Jester King Craft Brewery

Black Metal Release



This Friday, November 6th, when our tasting room opens at 4pm, we’ll be releasing our latest batch of Black Metal.


Part of the excitement for us in making beer is embracing natural inconsistencies. We ferment with a host of microorganisms — a mix of brewers yeast and native yeast and bacteria — outside of our immediate control. When we relinquish total control or mastery over the fermentation, the results become a lot less predictable. Again, this is part of the fun and excitement for us! Rather than seeking to achieve the same standard over and over, we like to create an environment for our beer where natural variation can occur, and then observe the beer as it changes over time. This is what we mean when we say that our beer is a “partnership with nature”. We exert stimuli on the fermentation, and nature responds in its own way.


One of the ways in which nature responds is through natural variations in temperature. Because we’re brewing inside of an old machine shop made of red iron and corrugated metal, the temperature inside our brewery is quite dependent on the time of year. In the winter time, fermentation temperatures drop quite low (50s and 60s Fahrenheit), and in the summer, they rise quite high (80s and 90s). Through experience, we’ve learned that during the colder months of the year, the lactic acid producing bacteria in our mixed culture tend to be more dominant. This is somewhat counterintuitive, because the common wisdom is that bacteria thrive at higher temperatures. While this is objectively true, we’ve found our yeast to be slow and stagnant when the weather is cold, thus allowing the bacteria to out-compete it, producing a substantial amount of acidity or sourness.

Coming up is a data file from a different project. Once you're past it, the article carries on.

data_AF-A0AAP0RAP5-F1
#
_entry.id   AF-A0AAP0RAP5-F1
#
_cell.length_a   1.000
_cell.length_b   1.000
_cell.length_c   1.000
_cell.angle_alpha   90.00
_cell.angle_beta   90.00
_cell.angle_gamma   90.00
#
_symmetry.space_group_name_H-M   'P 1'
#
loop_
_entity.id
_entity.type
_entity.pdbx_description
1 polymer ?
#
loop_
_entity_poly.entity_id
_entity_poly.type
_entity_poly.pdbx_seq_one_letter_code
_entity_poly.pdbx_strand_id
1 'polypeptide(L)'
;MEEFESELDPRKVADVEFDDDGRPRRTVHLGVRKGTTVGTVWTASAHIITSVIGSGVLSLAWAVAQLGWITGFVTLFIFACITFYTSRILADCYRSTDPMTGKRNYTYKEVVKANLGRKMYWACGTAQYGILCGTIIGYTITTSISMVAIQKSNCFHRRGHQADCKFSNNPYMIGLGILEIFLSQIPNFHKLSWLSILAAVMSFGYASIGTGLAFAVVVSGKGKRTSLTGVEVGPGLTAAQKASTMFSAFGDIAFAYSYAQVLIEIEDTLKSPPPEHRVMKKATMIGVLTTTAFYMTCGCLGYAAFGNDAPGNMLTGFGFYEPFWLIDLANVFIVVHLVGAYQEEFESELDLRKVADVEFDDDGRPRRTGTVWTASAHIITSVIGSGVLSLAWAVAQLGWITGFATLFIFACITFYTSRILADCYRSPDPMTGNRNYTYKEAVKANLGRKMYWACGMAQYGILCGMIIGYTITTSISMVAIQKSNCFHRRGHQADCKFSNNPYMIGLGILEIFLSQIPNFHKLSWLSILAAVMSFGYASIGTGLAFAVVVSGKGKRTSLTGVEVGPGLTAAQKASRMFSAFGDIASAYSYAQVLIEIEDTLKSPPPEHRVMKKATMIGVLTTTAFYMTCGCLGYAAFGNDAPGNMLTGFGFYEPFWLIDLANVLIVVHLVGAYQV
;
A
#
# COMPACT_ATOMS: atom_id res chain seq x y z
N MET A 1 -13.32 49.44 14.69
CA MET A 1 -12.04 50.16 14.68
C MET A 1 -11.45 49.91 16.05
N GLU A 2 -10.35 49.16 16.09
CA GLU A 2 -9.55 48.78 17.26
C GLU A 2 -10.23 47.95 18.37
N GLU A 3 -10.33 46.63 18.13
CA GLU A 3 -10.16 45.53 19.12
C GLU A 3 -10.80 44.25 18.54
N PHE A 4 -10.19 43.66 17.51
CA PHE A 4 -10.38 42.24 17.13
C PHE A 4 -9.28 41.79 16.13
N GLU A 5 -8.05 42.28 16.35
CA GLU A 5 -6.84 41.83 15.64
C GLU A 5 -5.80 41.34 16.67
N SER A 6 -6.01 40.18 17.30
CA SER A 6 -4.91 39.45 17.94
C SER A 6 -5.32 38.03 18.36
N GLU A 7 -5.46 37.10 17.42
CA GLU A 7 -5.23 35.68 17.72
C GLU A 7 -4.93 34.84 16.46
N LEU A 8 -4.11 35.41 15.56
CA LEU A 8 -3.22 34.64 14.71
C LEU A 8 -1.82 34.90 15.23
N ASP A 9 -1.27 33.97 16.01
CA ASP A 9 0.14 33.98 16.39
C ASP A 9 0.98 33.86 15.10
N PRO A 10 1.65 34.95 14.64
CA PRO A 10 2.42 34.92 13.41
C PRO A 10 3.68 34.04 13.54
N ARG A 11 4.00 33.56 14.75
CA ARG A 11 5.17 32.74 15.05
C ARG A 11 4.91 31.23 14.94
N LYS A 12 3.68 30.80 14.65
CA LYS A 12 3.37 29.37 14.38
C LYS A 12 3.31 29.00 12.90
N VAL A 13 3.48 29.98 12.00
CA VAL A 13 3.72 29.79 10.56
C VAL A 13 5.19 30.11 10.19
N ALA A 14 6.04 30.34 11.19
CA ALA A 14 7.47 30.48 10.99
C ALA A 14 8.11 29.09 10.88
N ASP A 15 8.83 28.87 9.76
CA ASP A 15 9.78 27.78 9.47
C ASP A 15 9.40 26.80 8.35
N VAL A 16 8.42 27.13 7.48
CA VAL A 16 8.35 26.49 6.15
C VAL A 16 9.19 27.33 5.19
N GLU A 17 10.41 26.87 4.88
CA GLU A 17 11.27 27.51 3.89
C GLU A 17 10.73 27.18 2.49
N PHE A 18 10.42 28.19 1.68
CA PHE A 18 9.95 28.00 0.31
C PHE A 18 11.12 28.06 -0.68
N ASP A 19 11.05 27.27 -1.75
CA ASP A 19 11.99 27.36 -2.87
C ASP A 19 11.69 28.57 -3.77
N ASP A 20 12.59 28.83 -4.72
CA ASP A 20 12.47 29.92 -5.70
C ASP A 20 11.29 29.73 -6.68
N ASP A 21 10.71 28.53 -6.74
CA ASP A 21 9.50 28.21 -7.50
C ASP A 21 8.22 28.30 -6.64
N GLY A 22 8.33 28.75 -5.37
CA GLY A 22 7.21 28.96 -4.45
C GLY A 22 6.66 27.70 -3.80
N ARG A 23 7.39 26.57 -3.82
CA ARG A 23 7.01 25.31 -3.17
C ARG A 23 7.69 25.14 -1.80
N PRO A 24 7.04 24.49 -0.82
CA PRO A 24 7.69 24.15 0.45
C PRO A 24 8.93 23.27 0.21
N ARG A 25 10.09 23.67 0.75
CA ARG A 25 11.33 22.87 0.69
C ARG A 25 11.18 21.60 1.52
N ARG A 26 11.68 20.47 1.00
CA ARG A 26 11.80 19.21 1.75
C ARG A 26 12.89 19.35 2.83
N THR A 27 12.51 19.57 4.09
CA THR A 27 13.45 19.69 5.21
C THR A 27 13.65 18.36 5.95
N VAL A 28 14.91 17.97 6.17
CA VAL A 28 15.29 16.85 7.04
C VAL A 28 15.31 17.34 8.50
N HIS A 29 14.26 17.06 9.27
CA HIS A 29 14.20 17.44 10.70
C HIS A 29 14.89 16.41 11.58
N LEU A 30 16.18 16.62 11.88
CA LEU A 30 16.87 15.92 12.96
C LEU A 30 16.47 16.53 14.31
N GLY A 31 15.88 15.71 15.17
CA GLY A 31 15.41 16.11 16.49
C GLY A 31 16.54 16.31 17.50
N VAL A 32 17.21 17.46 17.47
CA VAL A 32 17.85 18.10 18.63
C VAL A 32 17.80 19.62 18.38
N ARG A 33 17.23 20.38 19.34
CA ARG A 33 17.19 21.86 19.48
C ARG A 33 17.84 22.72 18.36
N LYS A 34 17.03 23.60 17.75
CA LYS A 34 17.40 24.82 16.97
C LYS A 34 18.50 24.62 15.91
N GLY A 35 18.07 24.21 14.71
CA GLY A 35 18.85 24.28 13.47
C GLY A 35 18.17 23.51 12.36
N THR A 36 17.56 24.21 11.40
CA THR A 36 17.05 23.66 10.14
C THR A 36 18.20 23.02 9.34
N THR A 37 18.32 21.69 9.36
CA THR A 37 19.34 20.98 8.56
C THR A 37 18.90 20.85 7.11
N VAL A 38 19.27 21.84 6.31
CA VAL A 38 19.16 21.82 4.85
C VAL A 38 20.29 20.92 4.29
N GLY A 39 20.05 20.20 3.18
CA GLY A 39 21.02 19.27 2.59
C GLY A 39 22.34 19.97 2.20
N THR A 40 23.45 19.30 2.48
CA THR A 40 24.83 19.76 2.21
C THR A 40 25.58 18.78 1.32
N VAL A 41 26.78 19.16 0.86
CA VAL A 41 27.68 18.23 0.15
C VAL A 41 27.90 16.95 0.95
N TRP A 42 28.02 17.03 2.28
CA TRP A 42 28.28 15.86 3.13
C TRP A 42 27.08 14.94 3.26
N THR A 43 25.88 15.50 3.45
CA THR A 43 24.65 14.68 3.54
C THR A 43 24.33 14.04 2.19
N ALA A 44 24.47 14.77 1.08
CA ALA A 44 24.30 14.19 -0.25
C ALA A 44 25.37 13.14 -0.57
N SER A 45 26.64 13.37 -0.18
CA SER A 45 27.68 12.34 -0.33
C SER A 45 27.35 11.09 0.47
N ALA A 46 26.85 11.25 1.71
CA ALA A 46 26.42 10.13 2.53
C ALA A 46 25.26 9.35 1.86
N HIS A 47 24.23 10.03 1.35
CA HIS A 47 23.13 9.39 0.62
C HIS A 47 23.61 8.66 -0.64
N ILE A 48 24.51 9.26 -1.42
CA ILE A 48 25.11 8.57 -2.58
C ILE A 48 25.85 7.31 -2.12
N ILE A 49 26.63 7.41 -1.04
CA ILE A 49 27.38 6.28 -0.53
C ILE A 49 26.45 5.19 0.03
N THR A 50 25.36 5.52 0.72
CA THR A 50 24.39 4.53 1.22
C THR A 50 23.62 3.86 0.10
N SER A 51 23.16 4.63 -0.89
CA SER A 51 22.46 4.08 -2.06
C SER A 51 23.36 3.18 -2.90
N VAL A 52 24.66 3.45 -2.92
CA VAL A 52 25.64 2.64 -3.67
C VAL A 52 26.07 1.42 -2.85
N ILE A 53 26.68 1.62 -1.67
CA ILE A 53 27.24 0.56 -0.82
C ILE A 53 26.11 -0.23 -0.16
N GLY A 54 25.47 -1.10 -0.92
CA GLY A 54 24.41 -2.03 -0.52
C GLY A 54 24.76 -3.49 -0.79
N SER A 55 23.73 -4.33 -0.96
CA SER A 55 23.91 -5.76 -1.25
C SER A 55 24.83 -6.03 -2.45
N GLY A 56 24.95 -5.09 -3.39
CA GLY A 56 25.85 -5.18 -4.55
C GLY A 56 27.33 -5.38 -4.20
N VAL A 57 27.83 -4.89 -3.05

This was the case with our prior batch of Black Metal fermented last winter. The beer became progressively more sour as it slowly fermented in stainless steel from October of 2014 to March of 2015, while the temperatures were cool and cold. Our latest batch, released tomorrow, is at the opposite end of the spectrum. It was fermented from June to September of 2015, when the temperatures were quite hot. The yeast was more active, and the bacteria seem to have had less impact on the flavor profile. As a result, the latest batch is much less tart than the previous one. The latest batch also attenuated faster and farther than the one prior.


All of this goes to point out that our beer is unique, not just to a particular place, but also to a particular time. Every beer we make will be the sole product of its time and location, never to be precisely reproduced again. As we said, we approach brewing as a partnership with nature. We exert influences on nature, without rigidly mastering or controlling it, and nature responds in its own way with variable results. Again, we find these natural variations quite fun and exciting, and they motivate us to brew! We hope you find them interesting (and enjoyable) as well.


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